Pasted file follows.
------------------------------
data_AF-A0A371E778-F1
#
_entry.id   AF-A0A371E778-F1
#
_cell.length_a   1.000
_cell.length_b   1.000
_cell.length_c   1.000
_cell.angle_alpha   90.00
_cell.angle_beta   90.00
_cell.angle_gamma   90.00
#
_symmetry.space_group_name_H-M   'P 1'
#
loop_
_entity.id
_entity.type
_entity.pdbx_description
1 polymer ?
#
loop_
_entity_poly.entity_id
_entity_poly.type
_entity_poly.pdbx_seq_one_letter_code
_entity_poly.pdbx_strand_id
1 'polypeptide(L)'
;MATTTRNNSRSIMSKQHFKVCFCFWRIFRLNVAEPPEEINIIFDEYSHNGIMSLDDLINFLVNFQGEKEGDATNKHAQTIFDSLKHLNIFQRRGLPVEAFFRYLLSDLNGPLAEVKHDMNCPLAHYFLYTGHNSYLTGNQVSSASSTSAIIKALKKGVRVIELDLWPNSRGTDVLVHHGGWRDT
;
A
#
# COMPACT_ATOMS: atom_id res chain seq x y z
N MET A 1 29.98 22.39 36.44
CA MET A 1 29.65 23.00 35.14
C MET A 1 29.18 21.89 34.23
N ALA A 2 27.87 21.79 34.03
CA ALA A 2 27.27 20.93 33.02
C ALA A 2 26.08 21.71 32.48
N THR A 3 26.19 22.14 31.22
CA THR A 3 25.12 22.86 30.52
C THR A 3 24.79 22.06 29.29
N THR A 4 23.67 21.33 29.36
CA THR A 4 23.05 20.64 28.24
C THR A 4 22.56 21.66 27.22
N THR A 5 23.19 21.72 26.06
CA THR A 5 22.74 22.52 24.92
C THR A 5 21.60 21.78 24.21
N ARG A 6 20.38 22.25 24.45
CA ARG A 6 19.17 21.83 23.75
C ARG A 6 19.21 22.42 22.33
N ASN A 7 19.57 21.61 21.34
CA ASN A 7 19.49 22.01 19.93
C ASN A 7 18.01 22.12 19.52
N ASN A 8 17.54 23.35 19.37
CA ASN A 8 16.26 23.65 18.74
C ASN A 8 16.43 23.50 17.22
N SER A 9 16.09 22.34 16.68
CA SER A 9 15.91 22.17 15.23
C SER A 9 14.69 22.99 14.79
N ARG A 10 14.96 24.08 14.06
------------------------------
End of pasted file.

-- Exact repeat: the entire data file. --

data_AF-A0A371E778-F1
#
_entry.id   AF-A0A371E778-F1
#
_cell.length_a   1.000
_cell.length_b   1.000
_cell.length_c   1.000
_cell.angle_alpha   90.00
_cell.angle_beta   90.00
_cell.angle_gamma   90.00
#
_symmetry.space_group_name_H-M   'P 1'
#
loop_
_entity.id
_entity.type
_entity.pdbx_description
1 polymer ?
#
loop_
_entity_poly.entity_id
_entity_poly.type
_entity_poly.pdbx_seq_one_letter_code
_entity_poly.pdbx_strand_id
1 'polypeptide(L)'
;MATTTRNNSRSIMSKQHFKVCFCFWRIFRLNVAEPPEEINIIFDEYSHNGIMSLDDLINFLVNFQGEKEGDATNKHAQTIFDSLKHLNIFQRRGLPVEAFFRYLLSDLNGPLAEVKHDMNCPLAHYFLYTGHNSYLTGNQVSSASSTSAIIKALKKGVRVIELDLWPNSRGTDVLVHHGGWRDT
;
A
#
# COMPACT_ATOMS: atom_id res chain seq x y z
N MET A 1 29.98 22.39 36.44
CA MET A 1 29.65 23.00 35.14
C MET A 1 29.18 21.89 34.23
N ALA A 2 27.87 21.79 34.03
CA ALA A 2 27.27 20.93 33.02
C ALA A 2 26.08 21.71 32.48
N THR A 3 26.19 22.14 31.22
CA THR A 3 25.12 22.86 30.52
C THR A 3 24.79 22.06 29.29
N THR A 4 23.67 21.33 29.36
CA THR A 4 23.05 20.64 28.24
C THR A 4 22.56 21.66 27.22
N THR A 5 23.19 21.72 26.06
CA THR A 5 22.74 22.52 24.92
C THR A 5 21.60 21.78 24.21
N ARG A 6 20.38 22.25 24.45
CA ARG A 6 19.17 21.83 23.75
C ARG A 6 19.21 22.42 22.33
N ASN A 7 19.57 21.61 21.34
CA ASN A 7 19.49 22.01 19.93
C ASN A 7 18.01 22.12 19.52
N ASN A 8 17.54 23.35 19.37
CA ASN A 8 16.26 23.65 18.74
C ASN A 8 16.43 23.50 17.22
N SER A 9 16.09 22.34 16.68
CA SER A 9 15.91 22.17 15.23
C SER A 9 14.69 22.99 14.79
N ARG A 10 14.96 24.08 14.06